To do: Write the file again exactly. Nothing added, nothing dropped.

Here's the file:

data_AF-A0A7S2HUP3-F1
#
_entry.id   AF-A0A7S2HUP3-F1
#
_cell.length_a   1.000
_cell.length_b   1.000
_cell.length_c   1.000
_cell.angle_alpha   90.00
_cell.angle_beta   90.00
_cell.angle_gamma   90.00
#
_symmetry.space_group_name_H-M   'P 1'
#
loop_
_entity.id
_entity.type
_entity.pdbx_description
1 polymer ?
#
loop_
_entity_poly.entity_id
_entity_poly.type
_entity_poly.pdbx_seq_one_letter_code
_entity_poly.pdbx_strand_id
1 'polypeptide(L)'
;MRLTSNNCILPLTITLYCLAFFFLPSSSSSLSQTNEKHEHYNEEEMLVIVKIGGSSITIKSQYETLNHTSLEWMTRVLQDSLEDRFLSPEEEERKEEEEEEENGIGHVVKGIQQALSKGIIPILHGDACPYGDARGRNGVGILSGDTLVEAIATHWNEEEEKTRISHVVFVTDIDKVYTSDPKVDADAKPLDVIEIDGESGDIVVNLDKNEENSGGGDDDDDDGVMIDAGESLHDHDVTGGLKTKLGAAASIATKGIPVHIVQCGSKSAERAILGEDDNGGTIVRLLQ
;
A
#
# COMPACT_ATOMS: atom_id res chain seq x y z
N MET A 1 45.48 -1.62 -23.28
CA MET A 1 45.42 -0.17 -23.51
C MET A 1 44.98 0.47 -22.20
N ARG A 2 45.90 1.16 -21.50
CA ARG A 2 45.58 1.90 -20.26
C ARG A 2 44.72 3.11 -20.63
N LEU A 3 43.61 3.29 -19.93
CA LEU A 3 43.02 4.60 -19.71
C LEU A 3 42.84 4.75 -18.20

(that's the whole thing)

data_AF-A0A7S2HUP3-F1
#
_entry.id   AF-A0A7S2HUP3-F1
#
_cell.length_a   1.000
_cell.length_b   1.000
_cell.length_c   1.000
_cell.angle_alpha   90.00
_cell.angle_beta   90.00
_cell.angle_gamma   90.00
#
_symmetry.space_group_name_H-M   'P 1'
#
loop_
_entity.id
_entity.type
_entity.pdbx_description
1 polymer ?
#
loop_
_entity_poly.entity_id
_entity_poly.type
_entity_poly.pdbx_seq_one_letter_code
_entity_poly.pdbx_strand_id
1 'polypeptide(L)'
;MRLTSNNCILPLTITLYCLAFFFLPSSSSSLSQTNEKHEHYNEEEMLVIVKIGGSSITIKSQYETLNHTSLEWMTRVLQDSLEDRFLSPEEEERKEEEEEEENGIGHVVKGIQQALSKGIIPILHGDACPYGDARGRNGVGILSGDTLVEAIATHWNEEEEKTRISHVVFVTDIDKVYTSDPKVDADAKPLDVIEIDGESGDIVVNLDKNEENSGGGDDDDDDGVMIDAGESLHDHDVTGGLKTKLGAAASIATKGIPVHIVQCGSKSAERAILGEDDNGGTIVRLLQ
;
A
#
# COMPACT_ATOMS: atom_id res chain seq x y z
N MET A 1 45.48 -1.62 -23.28
CA MET A 1 45.42 -0.17 -23.51
C MET A 1 44.98 0.47 -22.20
N ARG A 2 45.90 1.16 -21.50
CA ARG A 2 45.58 1.90 -20.26
C ARG A 2 44.72 3.11 -20.63
N LEU A 3 43.61 3.29 -19.93
CA LEU A 3 43.02 4.60 -19.71
C LEU A 3 42.84 4.75 -18.20